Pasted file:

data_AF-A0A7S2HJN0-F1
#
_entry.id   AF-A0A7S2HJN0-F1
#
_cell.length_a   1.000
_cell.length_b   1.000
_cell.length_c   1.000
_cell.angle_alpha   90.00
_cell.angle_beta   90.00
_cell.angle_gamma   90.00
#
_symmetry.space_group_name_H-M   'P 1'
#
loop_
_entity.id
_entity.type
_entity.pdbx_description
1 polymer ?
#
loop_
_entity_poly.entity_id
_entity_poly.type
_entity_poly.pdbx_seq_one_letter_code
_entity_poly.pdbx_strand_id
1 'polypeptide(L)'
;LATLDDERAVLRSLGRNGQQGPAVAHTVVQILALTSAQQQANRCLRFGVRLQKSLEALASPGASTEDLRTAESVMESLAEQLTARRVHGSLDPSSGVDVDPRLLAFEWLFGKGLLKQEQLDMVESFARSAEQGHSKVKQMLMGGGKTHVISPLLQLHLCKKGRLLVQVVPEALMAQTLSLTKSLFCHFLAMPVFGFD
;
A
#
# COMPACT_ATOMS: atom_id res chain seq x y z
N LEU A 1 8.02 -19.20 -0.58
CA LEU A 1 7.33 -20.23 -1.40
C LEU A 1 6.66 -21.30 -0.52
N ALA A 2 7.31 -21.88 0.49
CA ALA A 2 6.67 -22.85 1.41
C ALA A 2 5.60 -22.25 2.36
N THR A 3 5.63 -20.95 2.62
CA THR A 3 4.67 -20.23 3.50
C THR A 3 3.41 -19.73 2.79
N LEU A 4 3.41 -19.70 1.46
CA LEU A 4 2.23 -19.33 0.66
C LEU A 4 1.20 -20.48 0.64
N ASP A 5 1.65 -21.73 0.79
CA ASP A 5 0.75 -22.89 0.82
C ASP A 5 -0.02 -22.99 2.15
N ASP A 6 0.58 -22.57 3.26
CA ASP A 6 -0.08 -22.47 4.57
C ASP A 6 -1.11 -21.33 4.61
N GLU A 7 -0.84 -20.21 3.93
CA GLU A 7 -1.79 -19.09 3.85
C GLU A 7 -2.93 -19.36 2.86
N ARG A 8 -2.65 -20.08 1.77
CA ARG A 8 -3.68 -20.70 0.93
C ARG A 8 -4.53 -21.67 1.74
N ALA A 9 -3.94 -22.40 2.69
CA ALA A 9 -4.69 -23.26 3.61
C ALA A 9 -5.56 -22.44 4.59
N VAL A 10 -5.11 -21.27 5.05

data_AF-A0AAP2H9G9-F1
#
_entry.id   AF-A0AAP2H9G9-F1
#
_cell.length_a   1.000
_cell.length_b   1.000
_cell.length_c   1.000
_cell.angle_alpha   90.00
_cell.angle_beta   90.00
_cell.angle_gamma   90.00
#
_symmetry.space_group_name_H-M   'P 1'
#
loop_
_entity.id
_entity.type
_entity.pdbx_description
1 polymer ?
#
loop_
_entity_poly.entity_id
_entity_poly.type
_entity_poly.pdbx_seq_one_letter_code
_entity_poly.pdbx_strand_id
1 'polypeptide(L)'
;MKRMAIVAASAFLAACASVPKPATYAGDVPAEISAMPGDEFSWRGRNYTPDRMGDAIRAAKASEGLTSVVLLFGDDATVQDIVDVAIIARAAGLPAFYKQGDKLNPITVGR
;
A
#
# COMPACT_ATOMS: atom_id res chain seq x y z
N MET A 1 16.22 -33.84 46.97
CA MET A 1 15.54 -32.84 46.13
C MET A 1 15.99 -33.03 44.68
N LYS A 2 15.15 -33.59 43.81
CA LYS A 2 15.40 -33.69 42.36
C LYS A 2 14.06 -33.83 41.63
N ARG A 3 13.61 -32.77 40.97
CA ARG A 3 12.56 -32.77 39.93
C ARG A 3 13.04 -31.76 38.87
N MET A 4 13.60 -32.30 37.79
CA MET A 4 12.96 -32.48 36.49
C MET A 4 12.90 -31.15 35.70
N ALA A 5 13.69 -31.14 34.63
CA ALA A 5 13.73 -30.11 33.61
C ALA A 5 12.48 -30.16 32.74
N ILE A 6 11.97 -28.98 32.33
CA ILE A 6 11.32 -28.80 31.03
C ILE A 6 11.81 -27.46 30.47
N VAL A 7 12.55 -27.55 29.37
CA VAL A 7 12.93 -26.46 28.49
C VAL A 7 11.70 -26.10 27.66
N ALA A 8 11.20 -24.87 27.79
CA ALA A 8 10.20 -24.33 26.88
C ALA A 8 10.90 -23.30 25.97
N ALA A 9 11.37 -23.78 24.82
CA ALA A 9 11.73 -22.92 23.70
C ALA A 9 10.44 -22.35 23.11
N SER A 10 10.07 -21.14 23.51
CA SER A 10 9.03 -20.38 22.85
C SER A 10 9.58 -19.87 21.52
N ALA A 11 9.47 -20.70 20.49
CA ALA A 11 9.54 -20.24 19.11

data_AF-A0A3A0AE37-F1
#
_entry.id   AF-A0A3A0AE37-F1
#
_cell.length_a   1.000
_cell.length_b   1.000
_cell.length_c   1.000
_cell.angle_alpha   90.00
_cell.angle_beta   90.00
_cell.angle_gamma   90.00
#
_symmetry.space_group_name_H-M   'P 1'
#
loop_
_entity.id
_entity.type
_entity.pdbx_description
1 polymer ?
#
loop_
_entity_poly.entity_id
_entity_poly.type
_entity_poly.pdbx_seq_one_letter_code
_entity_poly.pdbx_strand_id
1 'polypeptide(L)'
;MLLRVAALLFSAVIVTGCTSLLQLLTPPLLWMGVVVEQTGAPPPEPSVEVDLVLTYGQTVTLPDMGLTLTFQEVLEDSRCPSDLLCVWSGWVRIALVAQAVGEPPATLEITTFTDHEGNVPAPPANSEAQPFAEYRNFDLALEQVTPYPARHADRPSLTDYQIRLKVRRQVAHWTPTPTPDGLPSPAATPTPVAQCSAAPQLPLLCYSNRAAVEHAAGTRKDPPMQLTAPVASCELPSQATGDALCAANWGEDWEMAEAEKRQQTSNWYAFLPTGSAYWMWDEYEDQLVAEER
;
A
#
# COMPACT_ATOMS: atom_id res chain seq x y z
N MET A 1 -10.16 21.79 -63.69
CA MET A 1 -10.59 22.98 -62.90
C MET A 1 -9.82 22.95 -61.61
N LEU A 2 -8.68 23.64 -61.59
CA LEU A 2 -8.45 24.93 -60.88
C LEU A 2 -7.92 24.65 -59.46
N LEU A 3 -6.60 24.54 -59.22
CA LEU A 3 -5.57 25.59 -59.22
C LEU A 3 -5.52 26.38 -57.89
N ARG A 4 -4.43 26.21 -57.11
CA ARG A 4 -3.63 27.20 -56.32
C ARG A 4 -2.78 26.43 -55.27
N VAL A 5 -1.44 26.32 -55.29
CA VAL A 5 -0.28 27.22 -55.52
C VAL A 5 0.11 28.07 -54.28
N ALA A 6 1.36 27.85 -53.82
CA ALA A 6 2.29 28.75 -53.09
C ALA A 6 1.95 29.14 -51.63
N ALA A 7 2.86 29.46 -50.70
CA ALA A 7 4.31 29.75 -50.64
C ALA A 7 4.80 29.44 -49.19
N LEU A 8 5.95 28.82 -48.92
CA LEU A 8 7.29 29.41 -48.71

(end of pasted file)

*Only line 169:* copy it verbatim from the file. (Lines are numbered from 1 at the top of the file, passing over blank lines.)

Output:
N ALA A 7 2.86 29.46 -50.70